By Helen Carter
In February 1980 the Australian Optometrical Association launched Australian Optometry, the nation’s first newspaper dedicated purely to reporting news for and about optometrists.
Australian Optometry has changed over the past 36 years but as we move to exclusively digital publication, we still pride ourselves on bringing you the most relevant and important optometric news.
Former CEO Joe Chakman joined the association in December 1979 and with a Bachelor of Science and a degree in English literature, he was well suited to become the newspaper’s founding editor.
His brief was to separate into two publications the journal that had carried news. The reporting of professional news and information had been published in the Australian Journal of Optometry and its predecessors since 1919. When Australian Optometry was launched, the journal became a purely scientific, peer-reviewed publication.
The first editorial told its readers: ‘We want to give you a chance to express your opinions, to debate the issues you think are important and help you develop a spirit of fellowship with the other optometrists in Australia.’
Australian Optometry was published every second month until 1986, when it became a monthly newspaper. It was less costly to produce and generated more advertising revenue than the journal, enabling the newspaper to subsidise the journal.
For a profession our size, the newspaper is outstanding and our publications are better than those of many richer organisations.
The newspaper won international awards and expanded its repertoire to include detailed coverage of specialist areas in our supplement magazines. These included Pharma, Equipment, Practice, Contact Lenses, Ophthalmic Lenses, Frames and Guide4Grads.
Australian Optometry’s longest serving editor, Sandra Shaw, has been at the helm of this newspaper for 28 years and is responsible for digital and printed communications to members.
She has reported on and edited stories covering significant change in the optometric profession since 1987.
Ms Shaw served a cadetship at The Age where she worked for seven years. Her supervision and direction of reporting are behind the high-quality writing and production standards in our communications to members, and she has mentored a score of young journalists at Australian Optometry.
In our last issue in print, we highlight some of the major events that have been reported in Australian Optometry over 36 years, and look forward to the next stage of communicating with you through our exciting digital channels.
Milestones on our front page mark the progress of a great profession
February 1980: Australian Optometry launched. Front page news is the first national poll of members rejecting moving the association’s headquarters from Melbourne to Canberra.
April 1980: AOA policy calls for a reduction in the number of students entering optometry, believing Australia is ‘fast reaching an over-supply of optometrists’.
June 1981: Health Department allocates provider numbers to identify participating optometrists in the health insurance Participating Optometrists Scheme.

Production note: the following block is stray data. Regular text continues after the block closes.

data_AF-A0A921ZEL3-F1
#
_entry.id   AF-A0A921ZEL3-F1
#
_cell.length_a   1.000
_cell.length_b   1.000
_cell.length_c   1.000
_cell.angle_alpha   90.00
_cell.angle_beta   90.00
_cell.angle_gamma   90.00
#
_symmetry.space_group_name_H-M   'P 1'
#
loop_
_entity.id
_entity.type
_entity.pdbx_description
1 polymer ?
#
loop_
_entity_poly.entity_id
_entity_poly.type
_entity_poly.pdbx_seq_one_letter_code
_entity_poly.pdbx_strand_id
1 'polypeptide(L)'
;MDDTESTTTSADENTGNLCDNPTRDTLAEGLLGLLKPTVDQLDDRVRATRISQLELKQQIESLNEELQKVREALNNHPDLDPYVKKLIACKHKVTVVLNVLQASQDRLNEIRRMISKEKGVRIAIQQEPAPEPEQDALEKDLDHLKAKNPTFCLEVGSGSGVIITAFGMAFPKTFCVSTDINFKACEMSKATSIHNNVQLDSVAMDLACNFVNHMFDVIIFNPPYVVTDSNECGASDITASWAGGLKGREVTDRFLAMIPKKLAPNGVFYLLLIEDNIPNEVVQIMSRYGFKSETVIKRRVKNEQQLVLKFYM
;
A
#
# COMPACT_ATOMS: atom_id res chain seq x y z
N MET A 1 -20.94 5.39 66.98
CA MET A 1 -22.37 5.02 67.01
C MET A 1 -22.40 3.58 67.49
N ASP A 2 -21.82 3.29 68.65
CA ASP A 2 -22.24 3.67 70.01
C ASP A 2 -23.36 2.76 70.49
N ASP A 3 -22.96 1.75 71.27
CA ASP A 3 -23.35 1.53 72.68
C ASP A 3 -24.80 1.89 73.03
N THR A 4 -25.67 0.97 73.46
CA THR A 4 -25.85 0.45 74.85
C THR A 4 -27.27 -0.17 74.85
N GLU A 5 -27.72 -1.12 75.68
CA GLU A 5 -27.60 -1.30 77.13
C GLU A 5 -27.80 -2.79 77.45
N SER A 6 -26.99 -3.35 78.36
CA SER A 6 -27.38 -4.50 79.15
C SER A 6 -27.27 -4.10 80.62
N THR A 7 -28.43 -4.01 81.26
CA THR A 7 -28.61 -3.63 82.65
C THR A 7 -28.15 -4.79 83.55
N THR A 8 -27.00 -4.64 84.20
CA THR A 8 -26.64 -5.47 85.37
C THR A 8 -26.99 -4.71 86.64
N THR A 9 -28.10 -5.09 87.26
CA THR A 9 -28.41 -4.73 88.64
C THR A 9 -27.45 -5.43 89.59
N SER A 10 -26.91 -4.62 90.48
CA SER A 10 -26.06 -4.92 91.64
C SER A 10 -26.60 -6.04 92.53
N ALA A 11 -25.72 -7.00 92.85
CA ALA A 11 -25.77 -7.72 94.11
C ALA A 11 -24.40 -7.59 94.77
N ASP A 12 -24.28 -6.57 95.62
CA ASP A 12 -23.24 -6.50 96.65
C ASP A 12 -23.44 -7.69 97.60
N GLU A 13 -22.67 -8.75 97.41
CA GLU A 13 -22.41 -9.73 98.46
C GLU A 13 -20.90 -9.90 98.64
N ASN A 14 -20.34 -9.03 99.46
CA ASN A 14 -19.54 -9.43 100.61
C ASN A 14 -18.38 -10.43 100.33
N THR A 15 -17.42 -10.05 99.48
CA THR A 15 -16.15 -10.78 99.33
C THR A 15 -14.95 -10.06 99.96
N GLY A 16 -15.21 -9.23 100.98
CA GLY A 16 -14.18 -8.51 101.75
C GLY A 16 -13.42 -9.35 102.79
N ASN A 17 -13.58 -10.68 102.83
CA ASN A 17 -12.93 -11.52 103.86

December 1983: Dr Patricia Kiely becomes the first Australian female optometrist to receive a PhD, paving the way for other women.
February 1984: Medicare begins, providing optometric benefits for permanent residents. Optometry is the only profession apart from medicine covered.
August 1985: Following association lobbying, changes to Veterans’ Affairs optometric arrangements mean veterans may now attend optometrists without prior medical approval.
June 1986: Australian Optometry goes monthly.
September 1986: ACT optometrists join colleagues in NSW and Victoria in being legally allowed to administer diagnostic drugs. They were followed in September 1987 by Queensland optometrists and in January 1992 by WA optometrists.
March 1988: Proposed South Australian legislation aims to make it illegal, with penalties of fines and gaol, for optometrists to examine vision in children under eight, unless they first have an ophthalmologist examination. In April 1988, massive association lobbying prevents the proposal.
1988: Supplements on topics including low vision, spectacles, sunglasses and slitlamps are included and later become separate magazines. One magazine is distributed each month with the newspaper.
September 1989: The new optometric marketing and buying group Australia’s Independent Optometrists (later ProVision) is launched. Victorian optometrists are to be prohibited from practising in the same premises as optical dispensers.
January 1990: The Newcastle earthquake destroys Peter Woolf’s practice.
June 1991: In the first therapeutic drugs move, AOA pushes for legislative change to allow optometrists to use topical ocular drugs to treat anterior infections and other minor disorders.
September 1991: Medicare is to pay the same benefit for spectacle prescription consultations, whether by an optometrist or an ophthalmologist.
January 1992: Brian Layland becomes the first Australian named International Optometrist of the Year.
July 1992: AOA wins court case against RACO after litigation over Medicare legislation.
April 1993: AOA mounts its biggest campaign ever to fight the Keating Government’s Federal Budget decision to exclude optometry from Medicare, with exceptions for age pensioners and health card holders.
October 1993: Labor Caucus overturns the decision to exclude optometry from Medicare.
May 1994: WA wins right to use mydriatic and cycloplegic drugs in children younger than eight years.
July 1994: SA optometrists permitted to use diagnostic drugs.
October 1994: Medicare introduces the short consultation item 10906.